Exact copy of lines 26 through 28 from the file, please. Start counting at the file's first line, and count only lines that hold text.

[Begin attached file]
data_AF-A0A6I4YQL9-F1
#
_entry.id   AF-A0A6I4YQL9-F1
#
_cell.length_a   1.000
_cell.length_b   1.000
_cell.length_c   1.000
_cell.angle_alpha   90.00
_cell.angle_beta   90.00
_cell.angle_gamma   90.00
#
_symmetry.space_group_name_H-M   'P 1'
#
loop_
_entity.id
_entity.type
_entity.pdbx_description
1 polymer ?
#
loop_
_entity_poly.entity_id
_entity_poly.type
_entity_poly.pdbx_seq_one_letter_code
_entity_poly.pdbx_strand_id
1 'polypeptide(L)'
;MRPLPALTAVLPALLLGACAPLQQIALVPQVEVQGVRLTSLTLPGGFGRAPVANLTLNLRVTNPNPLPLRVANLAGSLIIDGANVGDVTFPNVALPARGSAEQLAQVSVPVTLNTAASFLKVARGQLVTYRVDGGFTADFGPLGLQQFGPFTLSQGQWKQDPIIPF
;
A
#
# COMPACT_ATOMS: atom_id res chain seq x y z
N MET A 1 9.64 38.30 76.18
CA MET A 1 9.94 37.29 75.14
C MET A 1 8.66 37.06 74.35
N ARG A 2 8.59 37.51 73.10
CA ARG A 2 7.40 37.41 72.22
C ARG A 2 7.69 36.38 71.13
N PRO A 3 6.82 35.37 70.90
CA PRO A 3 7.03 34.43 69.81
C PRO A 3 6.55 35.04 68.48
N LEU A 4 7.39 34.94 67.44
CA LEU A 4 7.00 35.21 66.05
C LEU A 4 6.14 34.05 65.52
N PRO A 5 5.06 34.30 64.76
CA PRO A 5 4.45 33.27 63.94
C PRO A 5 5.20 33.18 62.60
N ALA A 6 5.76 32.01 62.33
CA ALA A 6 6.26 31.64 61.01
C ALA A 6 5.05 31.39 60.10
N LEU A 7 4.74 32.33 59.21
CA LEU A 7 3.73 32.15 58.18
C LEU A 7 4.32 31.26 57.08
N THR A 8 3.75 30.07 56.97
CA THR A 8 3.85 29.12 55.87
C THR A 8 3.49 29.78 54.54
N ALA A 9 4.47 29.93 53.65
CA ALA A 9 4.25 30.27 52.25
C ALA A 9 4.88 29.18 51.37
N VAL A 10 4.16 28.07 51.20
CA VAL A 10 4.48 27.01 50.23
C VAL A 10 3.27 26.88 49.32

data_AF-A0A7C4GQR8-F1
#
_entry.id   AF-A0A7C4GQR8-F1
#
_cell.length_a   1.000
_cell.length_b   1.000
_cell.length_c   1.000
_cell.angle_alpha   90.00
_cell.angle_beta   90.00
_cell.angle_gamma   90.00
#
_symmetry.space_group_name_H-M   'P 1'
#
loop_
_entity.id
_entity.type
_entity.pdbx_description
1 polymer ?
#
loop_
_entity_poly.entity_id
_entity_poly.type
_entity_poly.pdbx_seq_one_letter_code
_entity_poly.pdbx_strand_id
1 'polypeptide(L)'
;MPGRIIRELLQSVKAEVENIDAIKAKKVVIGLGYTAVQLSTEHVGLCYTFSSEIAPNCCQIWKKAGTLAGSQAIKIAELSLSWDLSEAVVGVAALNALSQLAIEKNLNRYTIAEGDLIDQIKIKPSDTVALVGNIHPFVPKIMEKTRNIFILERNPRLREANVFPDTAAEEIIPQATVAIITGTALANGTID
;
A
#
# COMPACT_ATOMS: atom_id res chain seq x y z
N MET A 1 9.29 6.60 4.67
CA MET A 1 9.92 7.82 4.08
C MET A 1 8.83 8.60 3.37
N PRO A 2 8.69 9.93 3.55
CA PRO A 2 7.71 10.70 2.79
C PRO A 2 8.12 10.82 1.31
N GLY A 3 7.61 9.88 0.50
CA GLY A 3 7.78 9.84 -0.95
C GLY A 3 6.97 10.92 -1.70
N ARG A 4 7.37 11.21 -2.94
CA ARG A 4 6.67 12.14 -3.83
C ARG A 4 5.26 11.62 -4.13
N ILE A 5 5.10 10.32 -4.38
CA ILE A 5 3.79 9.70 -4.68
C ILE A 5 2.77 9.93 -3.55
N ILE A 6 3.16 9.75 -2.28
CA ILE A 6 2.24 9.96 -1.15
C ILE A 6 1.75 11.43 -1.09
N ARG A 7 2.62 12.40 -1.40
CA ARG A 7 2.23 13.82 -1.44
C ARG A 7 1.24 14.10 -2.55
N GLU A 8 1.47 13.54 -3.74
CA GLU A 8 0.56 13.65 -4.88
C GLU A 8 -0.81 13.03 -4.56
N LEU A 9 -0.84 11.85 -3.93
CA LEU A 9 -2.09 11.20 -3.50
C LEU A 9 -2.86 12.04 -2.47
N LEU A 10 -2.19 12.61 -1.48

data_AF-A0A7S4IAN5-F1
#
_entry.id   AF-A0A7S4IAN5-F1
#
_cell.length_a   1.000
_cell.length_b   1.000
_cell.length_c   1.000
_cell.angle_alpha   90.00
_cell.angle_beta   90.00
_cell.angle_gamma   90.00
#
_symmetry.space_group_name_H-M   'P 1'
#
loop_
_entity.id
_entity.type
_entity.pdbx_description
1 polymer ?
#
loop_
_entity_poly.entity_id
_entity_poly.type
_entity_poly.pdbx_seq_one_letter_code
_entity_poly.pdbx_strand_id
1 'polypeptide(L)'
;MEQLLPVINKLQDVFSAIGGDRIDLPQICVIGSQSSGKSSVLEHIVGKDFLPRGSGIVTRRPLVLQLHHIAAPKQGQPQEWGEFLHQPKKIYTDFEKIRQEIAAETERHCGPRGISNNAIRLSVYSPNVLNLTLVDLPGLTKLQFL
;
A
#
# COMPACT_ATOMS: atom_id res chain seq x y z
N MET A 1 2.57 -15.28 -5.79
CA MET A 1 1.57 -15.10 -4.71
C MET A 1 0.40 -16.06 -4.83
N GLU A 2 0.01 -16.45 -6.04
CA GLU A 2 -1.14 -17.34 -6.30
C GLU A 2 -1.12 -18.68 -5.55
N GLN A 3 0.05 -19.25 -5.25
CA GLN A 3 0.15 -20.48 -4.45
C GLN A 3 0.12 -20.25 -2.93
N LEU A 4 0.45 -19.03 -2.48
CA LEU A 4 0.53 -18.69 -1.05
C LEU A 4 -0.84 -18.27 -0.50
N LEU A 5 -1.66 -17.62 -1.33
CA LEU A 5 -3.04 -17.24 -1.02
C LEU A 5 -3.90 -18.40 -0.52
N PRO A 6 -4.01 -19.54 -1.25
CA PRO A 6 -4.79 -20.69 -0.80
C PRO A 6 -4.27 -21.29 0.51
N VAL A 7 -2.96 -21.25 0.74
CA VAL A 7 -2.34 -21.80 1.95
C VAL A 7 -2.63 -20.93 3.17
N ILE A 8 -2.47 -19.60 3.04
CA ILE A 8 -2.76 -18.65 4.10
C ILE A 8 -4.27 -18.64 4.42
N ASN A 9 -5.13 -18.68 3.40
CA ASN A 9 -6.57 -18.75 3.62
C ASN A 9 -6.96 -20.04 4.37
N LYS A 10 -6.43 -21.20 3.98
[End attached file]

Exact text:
;MRPLPALTAVLPALLLGACAPLQQIALVPQVEVQGVRLTSLTLPGGFGRAPVANLTLNLRVTNPNPLPLRVANLAGSLIIDGANVGDVTFPNVALPARGSAEQLAQVSVPVTLNTAASFLKVARGQLVTYRVDGGFTADFGPLGLQQFGPFTLSQGQWKQDPIIPF
;
A